BEHOLD THE COMING OF THE 90/53!!!! If only the Italians could have had people in charge of all weapons development like the ones who created the 90/53 gun. If that would have been the case we might have all been speaking Italian and eating pasta today! Well they certainly showed up and put the fear into the British commander! Only 1 tank was destroyed in the hail of shells thrown at the first British Grant platoon, but no worries, the guns were now in play! Oh and for a nice bonus the First platoon of Italian reinforcements came this round, and they brought the Company commander with them, he was off in the rear having some wine and cheese, but he ran forward like the confident trained individual he was to join the fight when he heard it was on! Unfortunately the first group of guys that were able to respond were also just trained...so there was room to be desired in their skill level. None the less they managed to bail and destroy two Grants respectively out of the second Grant platoon!
Not bad for round three!
OK, so the British really fought back this round. The Royal Horse ranged in on the 90/53s on the first attempt. They then hit all 3 targets. They pinned the battery and destroyed the platoon command. Next the lead platoon of Grants, which had lost their platoon leader in the previous round, opened up and detroyed one of the 90/53 Guns. The 2iC opened up on the Italian tanks and managed to bail one and destroy one.
It looked like they were going to put up a fight!
The 90/53 Stays! The Tanks opened up with the 90/53 and managed to break the Grant platoon in the open on the right flank. The left flank say the 47/32 guns open up the the still bailed Honey Stuart. Destroyed that tank, and broke that platoon! It is beginning to look bad for the British again...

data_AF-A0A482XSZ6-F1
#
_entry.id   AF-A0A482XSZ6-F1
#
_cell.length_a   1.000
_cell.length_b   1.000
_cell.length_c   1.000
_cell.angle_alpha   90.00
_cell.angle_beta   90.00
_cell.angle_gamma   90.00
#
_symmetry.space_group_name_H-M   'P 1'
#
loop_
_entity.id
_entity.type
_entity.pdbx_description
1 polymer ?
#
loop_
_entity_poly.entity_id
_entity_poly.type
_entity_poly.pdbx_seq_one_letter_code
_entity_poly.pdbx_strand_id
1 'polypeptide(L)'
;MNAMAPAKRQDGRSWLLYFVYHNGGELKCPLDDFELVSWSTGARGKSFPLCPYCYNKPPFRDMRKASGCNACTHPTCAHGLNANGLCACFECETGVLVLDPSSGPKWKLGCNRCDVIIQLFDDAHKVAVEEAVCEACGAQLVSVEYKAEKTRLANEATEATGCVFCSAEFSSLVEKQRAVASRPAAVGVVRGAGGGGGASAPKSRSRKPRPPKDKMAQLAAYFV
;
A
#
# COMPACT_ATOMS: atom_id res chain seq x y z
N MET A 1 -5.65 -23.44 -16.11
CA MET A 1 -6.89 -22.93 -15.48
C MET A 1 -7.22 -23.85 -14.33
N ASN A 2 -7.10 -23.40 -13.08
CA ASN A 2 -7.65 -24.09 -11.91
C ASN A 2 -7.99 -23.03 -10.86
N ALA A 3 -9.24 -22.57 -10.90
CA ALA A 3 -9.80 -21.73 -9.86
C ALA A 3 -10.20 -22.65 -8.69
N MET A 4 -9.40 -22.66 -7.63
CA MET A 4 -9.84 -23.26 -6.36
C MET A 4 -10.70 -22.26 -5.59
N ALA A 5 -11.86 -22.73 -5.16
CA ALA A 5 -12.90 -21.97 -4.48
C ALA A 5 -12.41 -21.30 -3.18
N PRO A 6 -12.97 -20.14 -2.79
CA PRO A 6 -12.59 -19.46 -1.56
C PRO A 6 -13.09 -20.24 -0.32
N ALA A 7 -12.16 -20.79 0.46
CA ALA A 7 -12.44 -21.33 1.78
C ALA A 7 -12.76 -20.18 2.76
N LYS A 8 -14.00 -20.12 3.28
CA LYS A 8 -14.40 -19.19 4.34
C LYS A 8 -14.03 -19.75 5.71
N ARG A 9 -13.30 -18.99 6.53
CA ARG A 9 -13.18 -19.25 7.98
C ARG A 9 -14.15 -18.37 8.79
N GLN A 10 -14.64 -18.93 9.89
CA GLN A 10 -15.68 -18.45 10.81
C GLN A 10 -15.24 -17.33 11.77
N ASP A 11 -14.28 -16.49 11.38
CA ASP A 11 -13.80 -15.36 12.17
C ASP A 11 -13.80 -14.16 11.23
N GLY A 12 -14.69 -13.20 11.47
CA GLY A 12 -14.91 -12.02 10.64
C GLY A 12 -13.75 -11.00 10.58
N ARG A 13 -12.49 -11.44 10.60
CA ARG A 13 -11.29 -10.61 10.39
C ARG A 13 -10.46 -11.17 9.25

TURN FIVE AND SIX
In turn five the British attempted to counterattack the Italian Armor arriving on the board. While they managed to destroy a few more vehicles, they were unsuccessful in breaking any of the platoons on the field of battle. In turn six the British did manage to destroy one platoon of Italian 75/18s, but with the arrival of the rest of the Italian reinforcements, and the total destruction of all of the British combat platoons, the British commander conceded defeat and withdrew the Royal Horse from the field of battle to hopefully use in support of a breakthrough attempt against the robust Italian defensive lines in the future.
It was generally decided among the British commanders on that day in 1943, after this resounding defeat that there would have to be a year long pause in the fighting to give enough time to build up ample force numbers considered to be enough to overrun the Modern Roman Empires expeditionary forces. It had been estimated at that time that in the future a ratio of 15:1 British to Italian forces would be necessary to be able to secure a shaky victory on the field of battle.